If you have a mental health problem what should you do?

Take the drugs! Therapy is for wimpy crybabies!


Go see a therapist--talk out your problems! Don't poison your body and hide what is really wrong!

Well, the real answer is both, but first some background.

Many many years ago a man named Rene Descartes did a lot of thinking. He thought and he thought and finally he determined that there is a mind and a body--they are seperate--it just so happens that the mind resides (temporarily) in the body.

This idea has come to be known as the Mind-Body Problem in philosophy. I will not be going into it here, but suffice it to say--many words have been written about this problem and the only way to deal with them all is to agree to disagree.

The Mind-Body Problem has trickled down into many things in our world, but in this case we are looking at medicine and psychology. Unfortunately many doctors see the mind solely as a bunch of excretions and chemical changes and neuroelectrical charges. Along with this many psychologists see the mind as something "other." They feel that it just happens to be part of the body and isn't really influenced by it except by what we experience with our body and our senses.

Many psychiatrists (doctors) would have you believe that any and all mental health problems are due to chemical or electrical imbalances in the brain (the physical thing in your skull) and that they can be fixed by retuning the chemical balances or altering the charges that travel the brain.

Many psychologists would have you beleive that any and all mental health problems are due to traumas and difficulties experienced in life. The only way to deal with them is to talk about them and deal with them in the structure of our life.

Now, what if we take a page from John Searle's book and say "to hell with you Descartes! I think your vocabulary stinks and that its all one thing!"

What if it is all just one thing? What if consciousness comes out of the chemical and electrical action of the brain? What if consciousness could alter the connections and chemistry of the brain? Both of these statements have been proven already. When the brain stops functioning your consciousness dissolves--but returns once the brain starts working again. Science has already shown that if they look at the number of connections in your brain before you read a book and after--there are more after reading the book--your experience has altered the physical makeup of the brain.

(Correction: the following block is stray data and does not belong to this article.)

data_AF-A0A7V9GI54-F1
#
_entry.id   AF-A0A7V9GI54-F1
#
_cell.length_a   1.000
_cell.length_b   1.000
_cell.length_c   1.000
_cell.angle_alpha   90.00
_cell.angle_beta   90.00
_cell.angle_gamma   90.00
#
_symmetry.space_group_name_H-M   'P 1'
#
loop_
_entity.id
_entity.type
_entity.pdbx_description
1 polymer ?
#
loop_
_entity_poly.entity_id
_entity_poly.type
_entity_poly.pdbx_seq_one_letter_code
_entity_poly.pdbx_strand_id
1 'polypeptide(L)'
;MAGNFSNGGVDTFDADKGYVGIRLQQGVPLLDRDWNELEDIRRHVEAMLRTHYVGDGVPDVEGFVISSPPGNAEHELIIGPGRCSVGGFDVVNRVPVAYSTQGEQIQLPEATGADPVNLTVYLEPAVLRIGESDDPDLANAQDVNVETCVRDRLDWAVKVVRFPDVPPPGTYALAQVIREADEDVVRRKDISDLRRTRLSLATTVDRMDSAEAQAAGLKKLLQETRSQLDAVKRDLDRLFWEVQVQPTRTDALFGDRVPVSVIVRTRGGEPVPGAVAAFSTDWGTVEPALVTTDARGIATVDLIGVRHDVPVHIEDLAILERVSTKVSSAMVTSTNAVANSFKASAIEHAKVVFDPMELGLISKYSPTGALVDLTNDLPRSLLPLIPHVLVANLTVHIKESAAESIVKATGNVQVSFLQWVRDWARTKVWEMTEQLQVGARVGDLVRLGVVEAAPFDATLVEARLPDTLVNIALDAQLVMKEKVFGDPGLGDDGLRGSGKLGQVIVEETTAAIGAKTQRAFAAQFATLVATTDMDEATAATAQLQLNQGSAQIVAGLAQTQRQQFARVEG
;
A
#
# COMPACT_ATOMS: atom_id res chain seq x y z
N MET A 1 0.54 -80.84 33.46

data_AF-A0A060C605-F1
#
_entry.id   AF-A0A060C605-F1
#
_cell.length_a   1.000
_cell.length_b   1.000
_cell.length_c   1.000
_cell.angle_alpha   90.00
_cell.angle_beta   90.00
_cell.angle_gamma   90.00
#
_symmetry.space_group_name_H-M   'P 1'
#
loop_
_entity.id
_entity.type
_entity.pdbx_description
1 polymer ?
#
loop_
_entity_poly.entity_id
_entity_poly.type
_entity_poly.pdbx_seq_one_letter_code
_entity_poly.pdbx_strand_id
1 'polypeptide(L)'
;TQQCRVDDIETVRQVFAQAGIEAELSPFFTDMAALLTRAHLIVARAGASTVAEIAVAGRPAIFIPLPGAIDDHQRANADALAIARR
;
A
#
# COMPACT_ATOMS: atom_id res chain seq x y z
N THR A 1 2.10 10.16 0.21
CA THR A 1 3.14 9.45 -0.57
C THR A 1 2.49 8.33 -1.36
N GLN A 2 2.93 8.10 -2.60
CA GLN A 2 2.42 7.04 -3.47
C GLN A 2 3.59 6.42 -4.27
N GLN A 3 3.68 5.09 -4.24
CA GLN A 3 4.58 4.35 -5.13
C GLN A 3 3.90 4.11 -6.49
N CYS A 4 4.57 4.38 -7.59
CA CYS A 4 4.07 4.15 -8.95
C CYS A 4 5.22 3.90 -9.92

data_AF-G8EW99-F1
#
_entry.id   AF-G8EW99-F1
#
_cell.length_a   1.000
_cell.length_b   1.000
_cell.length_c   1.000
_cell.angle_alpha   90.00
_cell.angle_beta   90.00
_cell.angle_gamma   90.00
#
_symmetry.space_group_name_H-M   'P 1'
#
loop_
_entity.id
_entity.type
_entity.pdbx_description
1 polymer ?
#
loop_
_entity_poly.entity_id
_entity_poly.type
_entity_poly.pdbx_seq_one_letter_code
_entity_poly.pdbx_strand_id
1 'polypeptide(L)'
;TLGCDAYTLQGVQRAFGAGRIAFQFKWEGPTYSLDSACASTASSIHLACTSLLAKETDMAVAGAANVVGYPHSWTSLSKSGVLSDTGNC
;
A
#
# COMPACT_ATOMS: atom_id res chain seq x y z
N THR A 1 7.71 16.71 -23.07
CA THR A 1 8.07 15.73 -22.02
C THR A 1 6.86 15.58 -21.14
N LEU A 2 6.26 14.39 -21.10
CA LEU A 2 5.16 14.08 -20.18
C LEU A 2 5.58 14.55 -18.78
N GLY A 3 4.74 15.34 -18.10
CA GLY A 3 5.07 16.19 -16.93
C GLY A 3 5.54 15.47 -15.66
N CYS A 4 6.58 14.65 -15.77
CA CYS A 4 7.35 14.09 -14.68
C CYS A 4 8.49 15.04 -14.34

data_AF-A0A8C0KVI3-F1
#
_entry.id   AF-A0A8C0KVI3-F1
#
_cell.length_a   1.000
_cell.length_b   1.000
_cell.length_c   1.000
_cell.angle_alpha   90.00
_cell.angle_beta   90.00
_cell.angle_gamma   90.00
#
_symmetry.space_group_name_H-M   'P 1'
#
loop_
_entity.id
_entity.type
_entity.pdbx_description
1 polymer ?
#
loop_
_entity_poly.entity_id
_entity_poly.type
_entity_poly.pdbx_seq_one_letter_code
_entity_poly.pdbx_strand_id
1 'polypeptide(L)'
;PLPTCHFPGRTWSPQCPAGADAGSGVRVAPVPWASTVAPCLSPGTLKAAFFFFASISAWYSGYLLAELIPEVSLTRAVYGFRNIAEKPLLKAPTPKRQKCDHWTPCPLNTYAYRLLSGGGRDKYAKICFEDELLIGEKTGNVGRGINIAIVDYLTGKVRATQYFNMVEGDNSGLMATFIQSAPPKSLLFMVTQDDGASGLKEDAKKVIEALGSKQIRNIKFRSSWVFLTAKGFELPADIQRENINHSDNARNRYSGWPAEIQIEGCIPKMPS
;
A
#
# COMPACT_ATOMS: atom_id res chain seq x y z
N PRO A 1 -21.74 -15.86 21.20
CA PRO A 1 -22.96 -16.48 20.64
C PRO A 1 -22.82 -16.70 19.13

Can we now assume that if you have some kind of chemical problem in your brain it is going to alter the way you interact with the world? Can we assume that if something traumatic happens to you that there will be chemical and physical changes in the makeup of your brain? If so we can move on to the finale.

If I have a chemical problem in my brain, I am going to experience life in a certain way. Those experiences are going to alter the chemistry and physical makeup of my brain. Those changes will alter the way I experience life... See the cycle?

If I am horribly abused as a child those experiences are going to leave an indelible mark on my brain. Those changes will alter the way I live my life and have new experiences. The new experiences will alter my brain... Got it now?

Because the brain and the mind (conscious experience) make up a feedback loop it is quite hard to determine where the "real" problem lies--it becomes a "chicken and the egg problem." So why just choose one way to help the system and just hope that you chose the right one?

Medication will calm the symptoms and behaviors down to a somewhat manageable level--from there therapy can help the patient to change their behaviors consciously and learn coping mechanisms for what they can't change yet.

Now, if you think this is too academic (what with all the name-dropping and such) how about a personal note - as someone who has two (possibly related) mental illnesses I found that the drugs helped the symptoms, but the drugs and the therapy made life livable and managable.

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